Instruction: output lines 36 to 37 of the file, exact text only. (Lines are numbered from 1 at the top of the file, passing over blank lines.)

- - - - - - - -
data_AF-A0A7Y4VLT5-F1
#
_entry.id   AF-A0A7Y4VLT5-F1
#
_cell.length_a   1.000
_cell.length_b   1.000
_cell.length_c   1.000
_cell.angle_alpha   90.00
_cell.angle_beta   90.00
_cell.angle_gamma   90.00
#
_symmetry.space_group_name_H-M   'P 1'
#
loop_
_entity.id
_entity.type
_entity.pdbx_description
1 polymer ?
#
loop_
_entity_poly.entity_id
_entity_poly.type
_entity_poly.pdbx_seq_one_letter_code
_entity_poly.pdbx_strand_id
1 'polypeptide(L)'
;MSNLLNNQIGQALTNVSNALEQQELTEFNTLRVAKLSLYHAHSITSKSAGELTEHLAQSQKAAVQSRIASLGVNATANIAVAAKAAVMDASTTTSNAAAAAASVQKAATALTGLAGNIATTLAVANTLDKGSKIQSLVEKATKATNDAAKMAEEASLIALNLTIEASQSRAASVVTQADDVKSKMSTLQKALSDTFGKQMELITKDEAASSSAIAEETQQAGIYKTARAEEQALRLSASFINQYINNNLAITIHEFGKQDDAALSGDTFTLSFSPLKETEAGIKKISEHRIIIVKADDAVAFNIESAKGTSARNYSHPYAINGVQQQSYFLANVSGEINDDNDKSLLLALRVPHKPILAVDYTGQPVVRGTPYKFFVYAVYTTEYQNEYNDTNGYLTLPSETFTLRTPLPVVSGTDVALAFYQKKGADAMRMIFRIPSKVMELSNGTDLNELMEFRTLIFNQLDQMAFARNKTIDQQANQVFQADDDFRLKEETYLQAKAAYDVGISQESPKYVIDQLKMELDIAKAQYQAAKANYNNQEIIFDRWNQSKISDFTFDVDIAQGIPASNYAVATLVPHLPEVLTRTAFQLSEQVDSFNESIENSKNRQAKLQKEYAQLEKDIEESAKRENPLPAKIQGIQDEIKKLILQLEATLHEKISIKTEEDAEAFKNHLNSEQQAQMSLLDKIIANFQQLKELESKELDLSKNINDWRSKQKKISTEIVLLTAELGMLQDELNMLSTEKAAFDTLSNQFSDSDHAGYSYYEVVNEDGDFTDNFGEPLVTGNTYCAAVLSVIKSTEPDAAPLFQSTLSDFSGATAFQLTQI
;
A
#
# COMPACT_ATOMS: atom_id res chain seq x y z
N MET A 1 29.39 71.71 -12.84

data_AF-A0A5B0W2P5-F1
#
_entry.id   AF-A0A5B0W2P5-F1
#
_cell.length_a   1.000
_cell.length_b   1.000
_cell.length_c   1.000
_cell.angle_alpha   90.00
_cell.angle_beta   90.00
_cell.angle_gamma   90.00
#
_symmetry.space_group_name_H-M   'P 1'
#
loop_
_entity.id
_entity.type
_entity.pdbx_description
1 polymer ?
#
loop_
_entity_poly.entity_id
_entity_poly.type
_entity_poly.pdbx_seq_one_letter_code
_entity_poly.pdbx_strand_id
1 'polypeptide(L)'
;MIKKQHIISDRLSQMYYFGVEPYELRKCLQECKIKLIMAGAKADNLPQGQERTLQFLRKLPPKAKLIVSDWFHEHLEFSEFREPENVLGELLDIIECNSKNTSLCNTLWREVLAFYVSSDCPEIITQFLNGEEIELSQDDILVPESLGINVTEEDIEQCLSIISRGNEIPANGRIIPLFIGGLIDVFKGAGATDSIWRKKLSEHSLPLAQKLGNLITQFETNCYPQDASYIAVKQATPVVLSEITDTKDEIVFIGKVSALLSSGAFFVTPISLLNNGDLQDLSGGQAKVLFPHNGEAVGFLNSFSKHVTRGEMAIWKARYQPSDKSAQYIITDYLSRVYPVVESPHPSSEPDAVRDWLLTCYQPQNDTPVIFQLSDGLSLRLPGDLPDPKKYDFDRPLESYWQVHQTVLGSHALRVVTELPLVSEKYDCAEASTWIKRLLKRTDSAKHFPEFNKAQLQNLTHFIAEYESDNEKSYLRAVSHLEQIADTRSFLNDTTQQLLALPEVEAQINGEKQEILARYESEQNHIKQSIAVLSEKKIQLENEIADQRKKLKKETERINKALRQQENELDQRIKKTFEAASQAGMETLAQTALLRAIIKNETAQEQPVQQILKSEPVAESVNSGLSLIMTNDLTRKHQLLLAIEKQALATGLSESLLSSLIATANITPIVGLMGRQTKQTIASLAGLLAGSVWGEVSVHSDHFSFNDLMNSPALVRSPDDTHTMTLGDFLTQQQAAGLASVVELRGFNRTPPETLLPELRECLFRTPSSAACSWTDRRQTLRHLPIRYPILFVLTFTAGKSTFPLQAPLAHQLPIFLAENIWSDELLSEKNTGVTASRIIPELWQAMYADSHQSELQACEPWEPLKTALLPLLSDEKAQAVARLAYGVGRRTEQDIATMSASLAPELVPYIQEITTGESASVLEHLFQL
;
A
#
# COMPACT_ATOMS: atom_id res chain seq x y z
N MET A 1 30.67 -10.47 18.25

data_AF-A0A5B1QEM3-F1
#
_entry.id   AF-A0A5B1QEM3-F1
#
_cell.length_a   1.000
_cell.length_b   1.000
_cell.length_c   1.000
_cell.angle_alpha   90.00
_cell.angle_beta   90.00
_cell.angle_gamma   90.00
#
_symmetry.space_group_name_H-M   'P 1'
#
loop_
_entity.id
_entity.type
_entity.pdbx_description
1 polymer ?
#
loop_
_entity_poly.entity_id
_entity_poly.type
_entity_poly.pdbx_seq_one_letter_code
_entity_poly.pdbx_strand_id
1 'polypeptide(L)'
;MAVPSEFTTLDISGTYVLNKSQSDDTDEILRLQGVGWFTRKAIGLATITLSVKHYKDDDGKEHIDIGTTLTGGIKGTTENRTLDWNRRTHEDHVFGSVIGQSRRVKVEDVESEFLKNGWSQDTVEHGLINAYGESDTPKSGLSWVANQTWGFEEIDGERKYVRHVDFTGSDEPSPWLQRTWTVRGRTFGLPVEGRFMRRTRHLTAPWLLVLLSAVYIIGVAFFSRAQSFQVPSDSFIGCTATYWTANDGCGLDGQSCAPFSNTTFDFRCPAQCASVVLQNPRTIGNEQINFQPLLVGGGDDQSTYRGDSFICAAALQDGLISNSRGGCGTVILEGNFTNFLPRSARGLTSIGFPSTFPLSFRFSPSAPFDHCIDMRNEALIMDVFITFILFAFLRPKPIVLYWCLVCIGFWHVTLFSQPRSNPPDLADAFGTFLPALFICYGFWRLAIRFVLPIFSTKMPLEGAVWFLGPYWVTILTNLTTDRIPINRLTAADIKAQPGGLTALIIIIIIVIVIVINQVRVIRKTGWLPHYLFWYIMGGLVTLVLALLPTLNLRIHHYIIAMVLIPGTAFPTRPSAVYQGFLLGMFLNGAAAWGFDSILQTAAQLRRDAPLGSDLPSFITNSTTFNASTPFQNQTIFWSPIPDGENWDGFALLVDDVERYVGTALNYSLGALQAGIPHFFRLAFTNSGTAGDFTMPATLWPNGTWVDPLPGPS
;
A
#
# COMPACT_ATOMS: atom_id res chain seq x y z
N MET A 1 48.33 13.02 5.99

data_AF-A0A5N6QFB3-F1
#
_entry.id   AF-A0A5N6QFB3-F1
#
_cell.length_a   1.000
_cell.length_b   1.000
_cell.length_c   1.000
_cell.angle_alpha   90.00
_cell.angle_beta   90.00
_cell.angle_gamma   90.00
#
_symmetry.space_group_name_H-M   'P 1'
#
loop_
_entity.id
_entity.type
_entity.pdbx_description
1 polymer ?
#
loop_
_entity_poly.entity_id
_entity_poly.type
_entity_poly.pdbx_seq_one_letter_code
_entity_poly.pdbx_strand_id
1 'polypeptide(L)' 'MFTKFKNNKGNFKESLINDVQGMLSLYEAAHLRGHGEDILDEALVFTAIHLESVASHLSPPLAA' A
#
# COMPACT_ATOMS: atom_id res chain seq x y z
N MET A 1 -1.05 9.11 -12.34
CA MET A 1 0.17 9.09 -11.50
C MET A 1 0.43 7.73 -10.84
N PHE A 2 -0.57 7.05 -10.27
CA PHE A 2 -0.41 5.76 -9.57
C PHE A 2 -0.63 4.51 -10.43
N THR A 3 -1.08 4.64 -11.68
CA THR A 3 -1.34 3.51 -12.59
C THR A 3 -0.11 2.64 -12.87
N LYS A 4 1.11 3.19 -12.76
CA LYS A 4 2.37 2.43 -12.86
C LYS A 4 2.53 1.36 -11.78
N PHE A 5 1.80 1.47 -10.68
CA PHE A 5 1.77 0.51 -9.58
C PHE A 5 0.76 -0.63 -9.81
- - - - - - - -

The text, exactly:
_cell.length_a   1.000
_cell.length_b   1.000